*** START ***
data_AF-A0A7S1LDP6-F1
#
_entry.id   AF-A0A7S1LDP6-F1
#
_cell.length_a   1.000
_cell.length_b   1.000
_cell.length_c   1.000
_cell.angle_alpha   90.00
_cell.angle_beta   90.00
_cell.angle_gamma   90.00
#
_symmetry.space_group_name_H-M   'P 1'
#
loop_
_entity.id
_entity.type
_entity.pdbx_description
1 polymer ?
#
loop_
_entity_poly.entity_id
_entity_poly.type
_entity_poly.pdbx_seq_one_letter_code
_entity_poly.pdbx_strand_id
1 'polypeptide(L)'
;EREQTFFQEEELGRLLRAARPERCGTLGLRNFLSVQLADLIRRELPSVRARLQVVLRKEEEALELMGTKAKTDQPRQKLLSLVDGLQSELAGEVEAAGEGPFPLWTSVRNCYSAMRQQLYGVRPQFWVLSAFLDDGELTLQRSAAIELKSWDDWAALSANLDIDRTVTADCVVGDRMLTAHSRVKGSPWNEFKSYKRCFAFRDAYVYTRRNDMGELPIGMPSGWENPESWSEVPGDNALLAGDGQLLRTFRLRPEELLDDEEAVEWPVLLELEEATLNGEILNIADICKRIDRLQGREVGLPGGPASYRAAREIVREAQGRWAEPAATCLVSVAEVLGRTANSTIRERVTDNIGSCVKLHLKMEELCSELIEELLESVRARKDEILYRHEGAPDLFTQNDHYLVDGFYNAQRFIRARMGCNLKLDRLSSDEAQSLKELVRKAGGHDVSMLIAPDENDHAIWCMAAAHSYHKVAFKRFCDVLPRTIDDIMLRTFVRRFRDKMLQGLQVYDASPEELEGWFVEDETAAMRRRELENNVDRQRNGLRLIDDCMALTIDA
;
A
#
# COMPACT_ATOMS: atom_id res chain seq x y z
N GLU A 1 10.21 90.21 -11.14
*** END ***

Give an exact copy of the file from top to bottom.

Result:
data_AF-A0A7S1LDP6-F1
#
_entry.id   AF-A0A7S1LDP6-F1
#
_cell.length_a   1.000
_cell.length_b   1.000
_cell.length_c   1.000
_cell.angle_alpha   90.00
_cell.angle_beta   90.00
_cell.angle_gamma   90.00
#
_symmetry.space_group_name_H-M   'P 1'
#
loop_
_entity.id
_entity.type
_entity.pdbx_description
1 polymer ?
#
loop_
_entity_poly.entity_id
_entity_poly.type
_entity_poly.pdbx_seq_one_letter_code
_entity_poly.pdbx_strand_id
1 'polypeptide(L)'
;EREQTFFQEEELGRLLRAARPERCGTLGLRNFLSVQLADLIRRELPSVRARLQVVLRKEEEALELMGTKAKTDQPRQKLLSLVDGLQSELAGEVEAAGEGPFPLWTSVRNCYSAMRQQLYGVRPQFWVLSAFLDDGELTLQRSAAIELKSWDDWAALSANLDIDRTVTADCVVGDRMLTAHSRVKGSPWNEFKSYKRCFAFRDAYVYTRRNDMGELPIGMPSGWENPESWSEVPGDNALLAGDGQLLRTFRLRPEELLDDEEAVEWPVLLELEEATLNGEILNIADICKRIDRLQGREVGLPGGPASYRAAREIVREAQGRWAEPAATCLVSVAEVLGRTANSTIRERVTDNIGSCVKLHLKMEELCSELIEELLESVRARKDEILYRHEGAPDLFTQNDHYLVDGFYNAQRFIRARMGCNLKLDRLSSDEAQSLKELVRKAGGHDVSMLIAPDENDHAIWCMAAAHSYHKVAFKRFCDVLPRTIDDIMLRTFVRRFRDKMLQGLQVYDASPEELEGWFVEDETAAMRRRELENNVDRQRNGLRLIDDCMALTIDA
;
A
#
# COMPACT_ATOMS: atom_id res chain seq x y z
N GLU A 1 10.21 90.21 -11.14